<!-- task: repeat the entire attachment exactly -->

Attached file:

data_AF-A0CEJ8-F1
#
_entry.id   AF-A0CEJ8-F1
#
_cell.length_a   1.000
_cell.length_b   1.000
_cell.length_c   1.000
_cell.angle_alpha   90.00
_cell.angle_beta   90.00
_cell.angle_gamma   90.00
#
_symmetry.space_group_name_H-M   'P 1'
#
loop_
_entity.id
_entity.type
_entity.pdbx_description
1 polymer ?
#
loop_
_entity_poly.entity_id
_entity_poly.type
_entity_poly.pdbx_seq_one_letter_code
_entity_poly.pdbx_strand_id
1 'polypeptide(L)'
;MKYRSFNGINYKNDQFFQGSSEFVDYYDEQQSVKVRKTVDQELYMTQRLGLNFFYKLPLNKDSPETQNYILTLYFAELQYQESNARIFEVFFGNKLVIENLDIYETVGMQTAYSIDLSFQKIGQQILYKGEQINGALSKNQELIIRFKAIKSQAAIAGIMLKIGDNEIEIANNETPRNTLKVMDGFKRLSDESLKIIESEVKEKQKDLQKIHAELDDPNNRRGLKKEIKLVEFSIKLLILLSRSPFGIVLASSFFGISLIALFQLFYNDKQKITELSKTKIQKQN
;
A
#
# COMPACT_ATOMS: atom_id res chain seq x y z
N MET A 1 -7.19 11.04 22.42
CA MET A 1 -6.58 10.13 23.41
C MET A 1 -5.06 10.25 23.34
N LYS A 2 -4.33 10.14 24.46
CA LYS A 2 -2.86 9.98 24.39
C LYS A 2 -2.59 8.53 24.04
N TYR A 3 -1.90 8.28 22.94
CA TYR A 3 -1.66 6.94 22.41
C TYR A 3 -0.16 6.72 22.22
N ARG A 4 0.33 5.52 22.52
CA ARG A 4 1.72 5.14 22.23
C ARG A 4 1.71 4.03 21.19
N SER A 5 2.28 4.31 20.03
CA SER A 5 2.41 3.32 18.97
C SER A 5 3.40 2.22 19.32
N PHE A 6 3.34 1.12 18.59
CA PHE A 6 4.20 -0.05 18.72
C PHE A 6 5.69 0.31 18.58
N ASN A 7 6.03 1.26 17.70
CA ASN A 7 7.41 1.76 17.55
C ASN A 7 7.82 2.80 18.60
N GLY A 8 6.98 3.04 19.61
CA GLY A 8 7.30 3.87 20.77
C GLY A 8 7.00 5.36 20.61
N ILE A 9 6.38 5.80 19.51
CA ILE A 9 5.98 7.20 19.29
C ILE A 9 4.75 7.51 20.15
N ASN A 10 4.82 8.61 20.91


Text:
data_AF-A0CEJ8-F1
#
_entry.id   AF-A0CEJ8-F1
#
_cell.length_a   1.000
_cell.length_b   1.000
_cell.length_c   1.000
_cell.angle_alpha   90.00
_cell.angle_beta   90.00
_cell.angle_gamma   90.00
#
_symmetry.space_group_name_H-M   'P 1'
#
loop_
_entity.id
_entity.type
_entity.pdbx_description
1 polymer ?
#
loop_
_entity_poly.entity_id
_entity_poly.type
_entity_poly.pdbx_seq_one_letter_code
_entity_poly.pdbx_strand_id
1 'polypeptide(L)'
;MKYRSFNGINYKNDQFFQGSSEFVDYYDEQQSVKVRKTVDQELYMTQRLGLNFFYKLPLNKDSPETQNYILTLYFAELQYQESNARIFEVFFGNKLVIENLDIYETVGMQTAYSIDLSFQKIGQQILYKGEQINGALSKNQELIIRFKAIKSQAAIAGIMLKIGDNEIEIANNETPRNTLKVMDGFKRLSDESLKIIESEVKEKQKDLQKIHAELDDPNNRRGLKKEIKLVEFSIKLLILLSRSPFGIVLASSFFGISLIALFQLFYNDKQKITELSKTKIQKQN
;
A
#
# COMPACT_ATOMS: atom_id res chain seq x y z
N MET A 1 -7.19 11.04 22.42
CA MET A 1 -6.58 10.13 23.41
C MET A 1 -5.06 10.25 23.34
N LYS A 2 -4.33 10.14 24.46
CA LYS A 2 -2.86 9.98 24.39
C LYS A 2 -2.59 8.53 24.04
N TYR A 3 -1.90 8.28 22.94
CA TYR A 3 -1.66 6.94 22.41
C TYR A 3 -0.16 6.72 22.22
N ARG A 4 0.33 5.52 22.52
CA ARG A 4 1.72 5.14 22.23
C ARG A 4 1.71 4.03 21.19
N SER A 5 2.28 4.31 20.03
CA SER A 5 2.41 3.32 18.97
C SER A 5 3.40 2.22 19.32
N PHE A 6 3.34 1.12 18.59
CA PHE A 6 4.20 -0.05 18.72
C PHE A 6 5.69 0.31 18.58
N ASN A 7 6.03 1.26 17.70
CA ASN A 7 7.41 1.76 17.55
C ASN A 7 7.82 2.80 18.60
N GLY A 8 6.98 3.04 19.61
CA GLY A 8 7.30 3.87 20.77
C GLY A 8 7.00 5.36 20.61
N ILE A 9 6.38 5.80 19.51
CA ILE A 9 5.98 7.20 19.29
C ILE A 9 4.75 7.51 20.15
N ASN A 10 4.82 8.61 20.91